In New York, U.N. Secretary-General Ban Ki-moon said he had talked with heads of such organizations.
"All agreed that the crisis in Libya has entered a new and decisive phase," he said. "All agreed, as well, on the importance of a smooth transition."
That transition must be based on inclusiveness, reconciliation and national unity, he said.
"Fighting goes on in many parts of the country," Ban said. "There is an urgent need to put an end to the conflict and restore order and stability. All agreed that, if the Libyan authorities request, we should be prepared to help develop police capacity, bearing in mind that the country is awash with small arms."
The effect of the fighting has been profound, he said. "There are widespread shortages of fuel, food and medical supplies. Reports on the ground suggest that the water supply to the capital and surrounding region may be in danger, putting several million people or more at risk."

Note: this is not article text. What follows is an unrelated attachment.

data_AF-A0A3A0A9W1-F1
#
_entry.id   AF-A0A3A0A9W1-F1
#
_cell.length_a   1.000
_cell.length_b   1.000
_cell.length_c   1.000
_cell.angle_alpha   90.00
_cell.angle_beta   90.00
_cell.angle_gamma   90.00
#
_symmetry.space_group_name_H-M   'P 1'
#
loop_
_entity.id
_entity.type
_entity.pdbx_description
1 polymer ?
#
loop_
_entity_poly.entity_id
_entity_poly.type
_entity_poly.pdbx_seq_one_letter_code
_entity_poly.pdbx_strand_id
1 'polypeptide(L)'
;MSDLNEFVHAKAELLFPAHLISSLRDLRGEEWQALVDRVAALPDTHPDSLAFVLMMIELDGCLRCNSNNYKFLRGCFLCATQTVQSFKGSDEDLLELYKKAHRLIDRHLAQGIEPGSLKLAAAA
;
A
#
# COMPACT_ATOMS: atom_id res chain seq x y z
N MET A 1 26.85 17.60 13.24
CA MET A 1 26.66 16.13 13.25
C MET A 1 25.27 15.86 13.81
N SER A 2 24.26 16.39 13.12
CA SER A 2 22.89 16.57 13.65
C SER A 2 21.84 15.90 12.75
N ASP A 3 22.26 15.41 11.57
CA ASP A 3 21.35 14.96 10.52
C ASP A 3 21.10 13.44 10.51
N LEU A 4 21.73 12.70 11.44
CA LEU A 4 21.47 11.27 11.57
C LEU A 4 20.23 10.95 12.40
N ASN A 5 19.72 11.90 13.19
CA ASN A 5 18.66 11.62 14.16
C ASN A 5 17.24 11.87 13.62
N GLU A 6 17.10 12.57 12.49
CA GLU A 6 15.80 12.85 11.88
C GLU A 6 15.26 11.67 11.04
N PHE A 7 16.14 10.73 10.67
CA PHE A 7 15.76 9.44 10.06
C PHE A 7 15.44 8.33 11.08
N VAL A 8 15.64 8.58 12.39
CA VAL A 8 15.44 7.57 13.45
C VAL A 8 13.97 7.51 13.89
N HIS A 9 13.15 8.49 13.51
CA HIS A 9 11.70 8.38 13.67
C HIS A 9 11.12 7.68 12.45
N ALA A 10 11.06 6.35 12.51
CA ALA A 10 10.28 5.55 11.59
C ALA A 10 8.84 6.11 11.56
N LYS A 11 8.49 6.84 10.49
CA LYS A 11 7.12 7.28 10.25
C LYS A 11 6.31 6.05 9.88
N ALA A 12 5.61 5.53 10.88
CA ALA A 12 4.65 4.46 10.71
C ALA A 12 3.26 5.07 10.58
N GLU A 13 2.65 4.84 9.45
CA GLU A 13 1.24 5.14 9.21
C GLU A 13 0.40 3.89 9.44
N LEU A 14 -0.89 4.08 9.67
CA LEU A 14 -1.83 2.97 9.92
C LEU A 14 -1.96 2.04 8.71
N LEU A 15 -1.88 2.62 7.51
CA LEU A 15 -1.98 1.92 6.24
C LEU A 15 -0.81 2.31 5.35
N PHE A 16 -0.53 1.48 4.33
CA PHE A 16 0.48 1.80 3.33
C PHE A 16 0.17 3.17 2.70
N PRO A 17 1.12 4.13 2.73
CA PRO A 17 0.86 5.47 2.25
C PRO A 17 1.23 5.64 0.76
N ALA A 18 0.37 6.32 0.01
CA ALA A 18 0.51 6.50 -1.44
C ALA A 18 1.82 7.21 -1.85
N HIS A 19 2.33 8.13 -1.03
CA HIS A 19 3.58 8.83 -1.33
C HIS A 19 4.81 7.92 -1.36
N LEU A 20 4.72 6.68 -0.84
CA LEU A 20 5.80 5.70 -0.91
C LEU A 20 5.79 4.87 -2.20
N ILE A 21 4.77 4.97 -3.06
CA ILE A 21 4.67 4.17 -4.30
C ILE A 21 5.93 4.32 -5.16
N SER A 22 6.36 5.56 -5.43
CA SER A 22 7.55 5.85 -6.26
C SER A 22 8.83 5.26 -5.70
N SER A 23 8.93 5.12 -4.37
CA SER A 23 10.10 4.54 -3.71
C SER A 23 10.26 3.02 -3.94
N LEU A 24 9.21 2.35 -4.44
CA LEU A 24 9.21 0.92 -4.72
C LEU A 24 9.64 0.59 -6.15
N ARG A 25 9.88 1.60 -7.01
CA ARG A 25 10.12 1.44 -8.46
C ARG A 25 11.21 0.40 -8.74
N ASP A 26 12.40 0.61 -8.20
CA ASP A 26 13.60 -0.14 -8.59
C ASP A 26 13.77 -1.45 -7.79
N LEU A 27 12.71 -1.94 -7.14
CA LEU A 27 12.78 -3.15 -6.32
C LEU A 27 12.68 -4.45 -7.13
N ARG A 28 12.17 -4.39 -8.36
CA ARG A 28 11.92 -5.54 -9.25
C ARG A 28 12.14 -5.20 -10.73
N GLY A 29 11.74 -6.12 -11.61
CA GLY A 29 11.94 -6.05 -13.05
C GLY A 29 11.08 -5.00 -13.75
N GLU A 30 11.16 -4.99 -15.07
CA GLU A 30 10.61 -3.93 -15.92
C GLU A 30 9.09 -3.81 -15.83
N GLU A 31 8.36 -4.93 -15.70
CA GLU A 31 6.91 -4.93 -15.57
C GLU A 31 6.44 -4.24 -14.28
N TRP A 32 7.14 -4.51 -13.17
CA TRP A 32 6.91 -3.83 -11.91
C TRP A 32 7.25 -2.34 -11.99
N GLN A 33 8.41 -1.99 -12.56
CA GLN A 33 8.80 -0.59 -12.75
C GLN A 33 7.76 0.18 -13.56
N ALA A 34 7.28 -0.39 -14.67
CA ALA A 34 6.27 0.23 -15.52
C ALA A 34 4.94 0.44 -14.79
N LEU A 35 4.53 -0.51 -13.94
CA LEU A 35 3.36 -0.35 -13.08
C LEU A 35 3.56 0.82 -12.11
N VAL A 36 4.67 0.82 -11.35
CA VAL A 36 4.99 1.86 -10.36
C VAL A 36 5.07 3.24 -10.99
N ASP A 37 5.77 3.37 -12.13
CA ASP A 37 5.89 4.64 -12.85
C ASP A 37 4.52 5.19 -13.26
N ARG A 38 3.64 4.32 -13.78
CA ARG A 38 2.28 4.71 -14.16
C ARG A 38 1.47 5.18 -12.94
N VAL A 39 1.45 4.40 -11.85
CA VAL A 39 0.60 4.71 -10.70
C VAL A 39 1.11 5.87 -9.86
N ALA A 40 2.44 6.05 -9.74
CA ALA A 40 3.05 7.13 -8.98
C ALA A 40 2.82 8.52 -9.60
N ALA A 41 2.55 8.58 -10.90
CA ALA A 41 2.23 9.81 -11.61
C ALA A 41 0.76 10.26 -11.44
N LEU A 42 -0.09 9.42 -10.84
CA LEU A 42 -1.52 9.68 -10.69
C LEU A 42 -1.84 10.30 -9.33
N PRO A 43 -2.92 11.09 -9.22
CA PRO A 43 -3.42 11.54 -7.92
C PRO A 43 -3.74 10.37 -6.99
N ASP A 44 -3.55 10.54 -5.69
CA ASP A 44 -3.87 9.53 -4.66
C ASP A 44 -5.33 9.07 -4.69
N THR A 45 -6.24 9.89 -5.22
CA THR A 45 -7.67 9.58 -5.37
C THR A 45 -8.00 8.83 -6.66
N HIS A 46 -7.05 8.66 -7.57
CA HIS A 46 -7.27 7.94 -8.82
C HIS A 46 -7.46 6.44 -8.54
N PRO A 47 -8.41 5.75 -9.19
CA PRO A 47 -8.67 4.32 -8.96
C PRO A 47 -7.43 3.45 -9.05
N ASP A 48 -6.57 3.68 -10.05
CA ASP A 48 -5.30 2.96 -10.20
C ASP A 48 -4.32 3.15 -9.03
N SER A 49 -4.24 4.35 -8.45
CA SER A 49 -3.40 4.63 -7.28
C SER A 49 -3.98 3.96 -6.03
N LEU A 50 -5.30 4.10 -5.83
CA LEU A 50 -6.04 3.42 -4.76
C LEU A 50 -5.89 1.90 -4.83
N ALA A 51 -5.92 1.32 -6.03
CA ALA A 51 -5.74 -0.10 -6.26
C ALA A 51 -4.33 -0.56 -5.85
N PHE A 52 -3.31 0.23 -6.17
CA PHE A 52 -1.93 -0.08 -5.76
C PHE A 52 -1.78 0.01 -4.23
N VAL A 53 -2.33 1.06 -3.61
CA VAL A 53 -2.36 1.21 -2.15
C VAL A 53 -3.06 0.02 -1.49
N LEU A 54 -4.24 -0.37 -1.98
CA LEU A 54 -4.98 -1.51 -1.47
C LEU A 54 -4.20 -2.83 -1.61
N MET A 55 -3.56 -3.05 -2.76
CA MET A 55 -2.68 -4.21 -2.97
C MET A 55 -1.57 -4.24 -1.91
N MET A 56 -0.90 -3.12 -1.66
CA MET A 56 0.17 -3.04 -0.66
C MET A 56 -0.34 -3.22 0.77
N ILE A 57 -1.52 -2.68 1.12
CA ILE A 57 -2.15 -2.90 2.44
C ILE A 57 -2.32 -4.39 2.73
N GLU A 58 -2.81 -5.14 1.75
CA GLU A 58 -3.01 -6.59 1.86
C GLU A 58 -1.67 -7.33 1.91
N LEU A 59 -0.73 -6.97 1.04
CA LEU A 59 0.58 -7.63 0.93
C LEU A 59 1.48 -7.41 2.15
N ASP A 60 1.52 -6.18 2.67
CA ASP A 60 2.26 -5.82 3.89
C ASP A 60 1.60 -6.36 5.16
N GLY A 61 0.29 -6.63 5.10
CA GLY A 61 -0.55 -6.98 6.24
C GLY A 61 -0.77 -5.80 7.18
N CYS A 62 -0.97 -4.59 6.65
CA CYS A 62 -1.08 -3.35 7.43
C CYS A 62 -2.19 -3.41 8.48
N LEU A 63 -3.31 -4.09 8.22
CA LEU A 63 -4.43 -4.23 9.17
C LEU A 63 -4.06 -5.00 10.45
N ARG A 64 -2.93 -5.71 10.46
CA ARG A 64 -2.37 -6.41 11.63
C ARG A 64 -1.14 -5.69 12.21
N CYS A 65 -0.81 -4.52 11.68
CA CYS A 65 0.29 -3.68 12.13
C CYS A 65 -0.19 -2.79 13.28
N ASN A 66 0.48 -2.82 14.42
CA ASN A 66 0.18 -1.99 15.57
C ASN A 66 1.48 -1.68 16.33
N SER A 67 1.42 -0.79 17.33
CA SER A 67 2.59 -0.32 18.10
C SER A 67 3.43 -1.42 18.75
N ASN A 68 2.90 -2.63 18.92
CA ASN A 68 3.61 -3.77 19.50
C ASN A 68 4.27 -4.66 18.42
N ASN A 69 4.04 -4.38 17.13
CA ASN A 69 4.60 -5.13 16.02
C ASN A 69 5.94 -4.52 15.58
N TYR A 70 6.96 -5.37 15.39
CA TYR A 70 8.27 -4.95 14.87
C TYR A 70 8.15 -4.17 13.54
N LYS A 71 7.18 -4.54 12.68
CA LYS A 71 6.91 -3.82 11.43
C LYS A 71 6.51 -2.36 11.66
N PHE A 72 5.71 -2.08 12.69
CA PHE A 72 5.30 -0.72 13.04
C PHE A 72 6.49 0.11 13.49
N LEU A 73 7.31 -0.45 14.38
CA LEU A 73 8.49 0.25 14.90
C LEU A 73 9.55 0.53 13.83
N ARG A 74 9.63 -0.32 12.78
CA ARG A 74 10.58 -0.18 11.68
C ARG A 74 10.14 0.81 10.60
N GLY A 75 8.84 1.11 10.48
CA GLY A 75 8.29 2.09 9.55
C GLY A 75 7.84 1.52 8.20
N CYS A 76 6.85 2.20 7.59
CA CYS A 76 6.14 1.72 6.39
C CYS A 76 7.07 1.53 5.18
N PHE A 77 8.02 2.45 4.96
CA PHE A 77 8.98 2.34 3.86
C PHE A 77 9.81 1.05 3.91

Friday's meeting participants agreed that the international community "must come together with an effective, well-coordinated program of action," Ban said.
Over the longer term, they emphasized early support for elections, transitional justice and policing, and help in social-economic recovery, rule of law and institution-building, Ban added.
He called Thursday's action by the Security Council in unfreezing $1.5 billion in Libyan assets "a welcome step" but said Friday's participants agreed that more must be done to ensure a stable transition of power.
So the question is who will be running Libya now? Traditionally, temporary power-sharing arrangements among several disparate factions that are only united in order to overthrow a dictator rarely last, and almost always end bloodily. The real question is ultimately, who will fill the power vacuum?
I honestly haven't heard much other than "the rebel council" so any information on who would be nice.